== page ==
The friendly but precarious relationship between Jews and Palestinians during the Mandate is shown when the family attends a birthday party hosted by an Arab family. Outside the home the parents lecture Amos on being polite and respectful. Attracted to a girl his own age sitting on a swing in the backyard, he talks with her, sharing his belief that “there is room for two peoples in this land” (a belief he still holds). However, when he climbs the tree and accepts the girl’s dare to hang on the chains of the swing, a weak link breaks, the seat hitting a smaller boy close by. In the resulting hub bub the Klausner’s make an hasty exit.

Amos adores his beautiful mother, absorbing her words, such as: “If you have to choose between telling a lie or insulting someone, choose to be generous.” The boy asks, “ I am allowed to lie?” “ Sometimes… yes. It’s better to be sensitive than to be honest.” Looking to the future, she tells him, “I think you will grow up to be a sort of prattling puppy dog like your father, and you’ll also be a man who is quiet and full and closed like a well in a village that has been abandoned by all its inhabitants. Like me.”

The family listens to the radio broadcast of the U.N. General Assembly vote ratifying the creation of the State of Israel. All celebrate the decision, but Fania continues to slowly sink deeper into depression, becoming, as she had said of him, “closed like a well in a village that has been abandoned by all its inhabitants. Like me.” She is not abandoned, although the boy apparently did not see much evidence of his father’s love for her. Neither husband nor son can help her escape her dark moods. Not even an extended visit with her sisters in Tel Aviv can bring her around.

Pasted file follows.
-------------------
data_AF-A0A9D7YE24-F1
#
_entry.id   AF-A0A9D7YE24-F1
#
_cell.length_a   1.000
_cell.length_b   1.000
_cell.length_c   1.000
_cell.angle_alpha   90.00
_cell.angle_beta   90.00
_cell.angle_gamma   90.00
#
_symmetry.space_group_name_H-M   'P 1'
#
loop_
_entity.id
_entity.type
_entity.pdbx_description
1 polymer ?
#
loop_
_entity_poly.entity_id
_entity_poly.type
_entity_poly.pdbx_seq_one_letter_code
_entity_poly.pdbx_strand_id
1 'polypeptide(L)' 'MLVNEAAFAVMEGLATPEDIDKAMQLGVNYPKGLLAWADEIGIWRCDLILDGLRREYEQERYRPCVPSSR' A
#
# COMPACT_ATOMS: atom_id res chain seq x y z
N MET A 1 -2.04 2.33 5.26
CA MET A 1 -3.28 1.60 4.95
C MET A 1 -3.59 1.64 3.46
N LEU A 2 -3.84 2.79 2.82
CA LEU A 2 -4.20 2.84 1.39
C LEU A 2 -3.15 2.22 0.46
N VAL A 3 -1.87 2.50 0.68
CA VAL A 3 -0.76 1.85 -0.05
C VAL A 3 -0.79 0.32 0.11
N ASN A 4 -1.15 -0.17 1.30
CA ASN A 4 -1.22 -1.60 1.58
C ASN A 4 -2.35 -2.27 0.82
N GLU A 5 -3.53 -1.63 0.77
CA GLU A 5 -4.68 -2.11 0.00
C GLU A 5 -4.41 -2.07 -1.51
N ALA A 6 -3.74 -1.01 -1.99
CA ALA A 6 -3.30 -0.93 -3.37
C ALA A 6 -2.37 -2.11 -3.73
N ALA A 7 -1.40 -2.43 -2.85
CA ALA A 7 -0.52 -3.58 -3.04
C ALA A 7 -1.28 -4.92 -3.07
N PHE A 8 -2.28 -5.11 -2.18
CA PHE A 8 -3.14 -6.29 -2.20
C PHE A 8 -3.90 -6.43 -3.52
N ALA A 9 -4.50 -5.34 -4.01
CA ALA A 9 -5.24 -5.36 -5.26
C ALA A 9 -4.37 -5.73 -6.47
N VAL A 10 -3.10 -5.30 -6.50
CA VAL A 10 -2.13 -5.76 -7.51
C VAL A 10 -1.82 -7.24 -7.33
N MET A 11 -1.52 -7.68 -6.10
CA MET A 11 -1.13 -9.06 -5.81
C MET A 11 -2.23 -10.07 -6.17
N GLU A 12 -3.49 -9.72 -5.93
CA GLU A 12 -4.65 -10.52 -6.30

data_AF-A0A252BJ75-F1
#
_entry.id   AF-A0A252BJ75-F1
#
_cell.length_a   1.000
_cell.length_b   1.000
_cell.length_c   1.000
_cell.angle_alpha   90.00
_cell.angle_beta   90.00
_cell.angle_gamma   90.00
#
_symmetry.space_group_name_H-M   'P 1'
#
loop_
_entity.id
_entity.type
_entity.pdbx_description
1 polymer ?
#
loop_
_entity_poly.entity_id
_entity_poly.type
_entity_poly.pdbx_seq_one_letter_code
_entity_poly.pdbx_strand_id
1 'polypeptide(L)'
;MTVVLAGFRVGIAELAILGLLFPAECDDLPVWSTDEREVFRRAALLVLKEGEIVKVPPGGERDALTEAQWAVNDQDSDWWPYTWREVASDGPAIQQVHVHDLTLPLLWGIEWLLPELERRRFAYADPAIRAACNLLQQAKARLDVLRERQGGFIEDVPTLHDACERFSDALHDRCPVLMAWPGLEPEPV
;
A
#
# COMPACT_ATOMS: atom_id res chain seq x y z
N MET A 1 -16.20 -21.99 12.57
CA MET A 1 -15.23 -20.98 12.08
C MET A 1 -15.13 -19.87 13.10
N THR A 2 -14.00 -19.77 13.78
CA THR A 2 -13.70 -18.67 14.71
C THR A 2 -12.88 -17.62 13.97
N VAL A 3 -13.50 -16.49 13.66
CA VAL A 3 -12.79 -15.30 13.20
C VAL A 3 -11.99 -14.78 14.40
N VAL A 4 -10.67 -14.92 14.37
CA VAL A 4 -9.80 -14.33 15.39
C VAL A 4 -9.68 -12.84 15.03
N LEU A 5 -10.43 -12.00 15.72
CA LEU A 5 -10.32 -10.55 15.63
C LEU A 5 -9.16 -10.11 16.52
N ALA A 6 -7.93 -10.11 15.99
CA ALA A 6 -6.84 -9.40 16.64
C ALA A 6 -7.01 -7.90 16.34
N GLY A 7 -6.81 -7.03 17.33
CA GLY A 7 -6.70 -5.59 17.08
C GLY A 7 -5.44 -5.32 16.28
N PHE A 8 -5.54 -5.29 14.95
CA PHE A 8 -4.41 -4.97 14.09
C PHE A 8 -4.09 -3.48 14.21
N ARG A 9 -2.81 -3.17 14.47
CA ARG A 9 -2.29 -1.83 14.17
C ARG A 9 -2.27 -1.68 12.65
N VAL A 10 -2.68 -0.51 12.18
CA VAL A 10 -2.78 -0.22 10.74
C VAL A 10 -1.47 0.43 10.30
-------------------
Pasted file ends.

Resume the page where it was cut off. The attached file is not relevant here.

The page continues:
There is a strange scene in which we hear the words from Deuteronomy—“Choose life…”—while a man wearing a prayer shawl walks along a desert cliff. Unfortunately Fania cannot do this. Neither she nor her husband believe in God. Her stories reveal her deep regrets: instead of the weak man she has married, they are populated by strong men more in keeping with her youthful romantic dreams. Relations between husband and wife have reached the point where the despairing Arieh says, “She punishes herself only to punish me.” Deprived of love by husband, parents, and in-laws, Fania lives only for her son Amos. Eventually this is not enough. She ended her own life at the age of 38 when Amos was 12. The film ends with a brief account of the teenaged Amos a couple of years after his mother’s death leaving home to join a kibbutz. It was during this period that he changed his last name to Oz, a word meaning “strength.”

Many of the film’s scenes are interspersed with narration and commentary by the older Oz (voiced by Moni Moshonov, but played by Alexander Peleg). His story takes place amidst great changes, the birth of Israel being the chief one, the fulfillment of the dream of generations of Jews. But from his personal experience of the period Amos Oz observes that change is illusory, even declaring that “a fulfilled dream is a disappointed dream.” Not the most optimistic outlook. Although his parents survived the darkness of the Holocaust and saw their dream of their own homeland become reality, this did not bring happiness. The boy’s vision that “there is room for two peoples in this land” has not become reality, stymied by the hatred on both sides. The story of the life of Amos Oz and his parents is indeed “A Tale of Love and Darkness”—and something similar might be said of his beloved nation Israel. I think this is an important film for Americans to see because it leads us beyond the stereotype of the fanatical Zionist opposed to all Arabs. The film does not deal with current events, but it does show Israel as a complex society with equally complex families such as the Klausners.

This review with a set of discussion questions will be in the October issue of Visual Parables. If you appreciate this and other reviews, please considering buying an issue or taking out an annual subscription.